What is your favorite spirit to make? Why?

Probably the fruit stuff. I just think it's unbelievably cool to take fruit grown within a stone's throw of our distillery and make it into top-shelf booze. This last year we didn't even pitch yeast in any of our peach ferments, all wild yeast. We just mix the ripe fruit into a slurry and let Mother Nature do the rest.

Any exciting things you are working on for the future?

Beginning November 1, we will start wholesaling our bourbon again, 200 cases a month allocated to Colorado.

What is your outlook on the Colorado distilling scene? Where is it headed and why?

Craft distilling is still in its infancy as an industry. It has already begun to carve its niche in our culture as a sustainable business entity, and shows nothing but potential for growth in the next several years. Because of the type of people who live here and the "user-friendly" laws and regulations, Colorado is a leader in the craft-distilling movement. As time moves forward, I think that we will see a lot of similarities between the craft brewing movement of the last two decades and the blossoming craft distilling scene that is starting to come together here in Colorado. In any growth industry there will be some that will not make it, but I think for the most part Colorado distillers are looking towards a bright future.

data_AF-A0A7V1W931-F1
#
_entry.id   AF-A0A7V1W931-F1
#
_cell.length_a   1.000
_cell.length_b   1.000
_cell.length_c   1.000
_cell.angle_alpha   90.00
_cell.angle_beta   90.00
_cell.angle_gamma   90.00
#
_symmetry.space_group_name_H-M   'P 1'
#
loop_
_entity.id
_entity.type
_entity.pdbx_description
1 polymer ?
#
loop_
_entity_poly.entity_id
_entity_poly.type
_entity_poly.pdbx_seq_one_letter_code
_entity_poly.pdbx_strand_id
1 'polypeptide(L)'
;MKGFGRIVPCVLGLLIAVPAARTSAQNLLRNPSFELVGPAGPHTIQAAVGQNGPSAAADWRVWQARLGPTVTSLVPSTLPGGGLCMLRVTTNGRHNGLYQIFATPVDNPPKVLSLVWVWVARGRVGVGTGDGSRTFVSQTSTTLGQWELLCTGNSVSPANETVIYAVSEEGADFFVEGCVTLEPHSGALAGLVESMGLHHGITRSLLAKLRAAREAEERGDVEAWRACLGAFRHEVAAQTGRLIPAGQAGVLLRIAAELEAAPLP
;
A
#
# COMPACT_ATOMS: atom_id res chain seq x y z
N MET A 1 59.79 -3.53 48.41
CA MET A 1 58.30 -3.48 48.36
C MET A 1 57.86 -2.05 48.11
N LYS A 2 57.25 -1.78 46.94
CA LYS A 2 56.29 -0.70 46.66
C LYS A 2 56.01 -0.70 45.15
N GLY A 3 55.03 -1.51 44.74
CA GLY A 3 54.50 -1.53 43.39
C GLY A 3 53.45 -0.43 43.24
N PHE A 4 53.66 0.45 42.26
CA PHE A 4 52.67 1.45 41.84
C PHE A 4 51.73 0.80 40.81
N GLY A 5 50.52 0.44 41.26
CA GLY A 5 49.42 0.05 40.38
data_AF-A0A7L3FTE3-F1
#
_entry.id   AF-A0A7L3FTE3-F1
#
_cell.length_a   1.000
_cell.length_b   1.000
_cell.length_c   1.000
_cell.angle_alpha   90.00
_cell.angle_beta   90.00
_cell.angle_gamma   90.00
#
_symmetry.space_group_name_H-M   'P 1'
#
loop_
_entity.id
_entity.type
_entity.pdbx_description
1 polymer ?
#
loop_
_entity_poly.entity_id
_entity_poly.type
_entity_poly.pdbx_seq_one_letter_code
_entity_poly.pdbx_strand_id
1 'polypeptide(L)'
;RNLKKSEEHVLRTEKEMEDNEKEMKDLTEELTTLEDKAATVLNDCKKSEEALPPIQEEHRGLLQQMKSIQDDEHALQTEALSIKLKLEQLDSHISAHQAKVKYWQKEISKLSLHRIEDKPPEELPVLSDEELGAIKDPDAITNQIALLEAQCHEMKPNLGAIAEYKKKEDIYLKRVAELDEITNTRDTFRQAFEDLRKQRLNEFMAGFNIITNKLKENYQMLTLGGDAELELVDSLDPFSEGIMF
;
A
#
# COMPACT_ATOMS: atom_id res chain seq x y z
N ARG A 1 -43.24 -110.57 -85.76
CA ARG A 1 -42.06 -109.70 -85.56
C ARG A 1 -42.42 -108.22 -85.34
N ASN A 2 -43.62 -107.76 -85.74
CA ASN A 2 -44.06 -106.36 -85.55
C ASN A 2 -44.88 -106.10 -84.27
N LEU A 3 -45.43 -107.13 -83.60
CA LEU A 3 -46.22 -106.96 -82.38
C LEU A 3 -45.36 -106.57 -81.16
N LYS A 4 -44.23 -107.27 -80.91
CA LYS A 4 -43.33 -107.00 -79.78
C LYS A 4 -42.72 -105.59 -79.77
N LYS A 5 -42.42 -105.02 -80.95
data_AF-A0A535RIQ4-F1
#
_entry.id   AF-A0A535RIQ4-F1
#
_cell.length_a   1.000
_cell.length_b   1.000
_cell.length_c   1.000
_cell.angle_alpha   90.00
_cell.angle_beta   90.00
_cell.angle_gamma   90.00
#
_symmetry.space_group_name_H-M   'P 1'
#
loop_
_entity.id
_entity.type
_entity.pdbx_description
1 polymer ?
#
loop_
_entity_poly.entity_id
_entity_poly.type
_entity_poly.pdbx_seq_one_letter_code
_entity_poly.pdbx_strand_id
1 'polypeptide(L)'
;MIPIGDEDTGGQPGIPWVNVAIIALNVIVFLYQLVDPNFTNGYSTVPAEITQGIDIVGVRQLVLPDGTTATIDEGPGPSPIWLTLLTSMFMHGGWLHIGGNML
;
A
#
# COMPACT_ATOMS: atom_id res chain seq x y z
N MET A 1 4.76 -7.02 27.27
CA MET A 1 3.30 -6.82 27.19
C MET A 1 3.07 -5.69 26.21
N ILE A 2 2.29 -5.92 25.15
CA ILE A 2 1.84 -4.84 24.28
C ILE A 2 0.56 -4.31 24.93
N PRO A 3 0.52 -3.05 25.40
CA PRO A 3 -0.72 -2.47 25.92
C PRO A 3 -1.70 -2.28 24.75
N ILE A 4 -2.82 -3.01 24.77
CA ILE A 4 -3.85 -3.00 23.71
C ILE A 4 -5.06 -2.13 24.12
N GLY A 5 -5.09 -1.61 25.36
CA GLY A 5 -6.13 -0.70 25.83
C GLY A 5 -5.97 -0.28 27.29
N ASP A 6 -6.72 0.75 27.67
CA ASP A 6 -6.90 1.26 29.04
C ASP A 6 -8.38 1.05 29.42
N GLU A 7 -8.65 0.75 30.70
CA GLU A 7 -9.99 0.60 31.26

What makes your product distinctly Colorado?

One of our primary focuses at Peach Street is to source materials locally -- what better path is there to sustainability than to buy and sell locally. Unfortunately, we aren't able to obtain all of our ingredients from Colorado sources. We don't have copious white oak forests from which to cooper our barrels, we don't have agave plantations and there aren't, to my knowledge, any cassia trees that we can steal the bark from to use in our gin. However, the fruit grown here is exceptional and there is a tremendous supply of juniper berries. This year we are going to try growing all of our own coriander. The guys down in the San Luis Valley that started a malting facility are anxious to work with distillers and have expressed an interest in setting up a corn-processing plant. Having access to locally grown and malted grain is a huge step forward for Colorado distillers.

The fact that every product we sell actually comes out of our still is another thing that makes our products "Distinctly Colorado." I won't name names, but the number of distilleries that are selling purchased spirit as their own is growing uncomfortably high and it is Distinctly UnColorado.

Being located amongst the orchards of Palisade, how have you been able to use that to your advantage?

We have access to the freshest and ripest fruit around. More often than not, our fruit never even sees the inside of a walk-in cooler. The result is easy to see/taste in the bottle.

Find more information on the Colorado Cocktail Project here. E-mail Sean Kenyon at bartender@westword.com.

Follow @CafeWestword on Twitter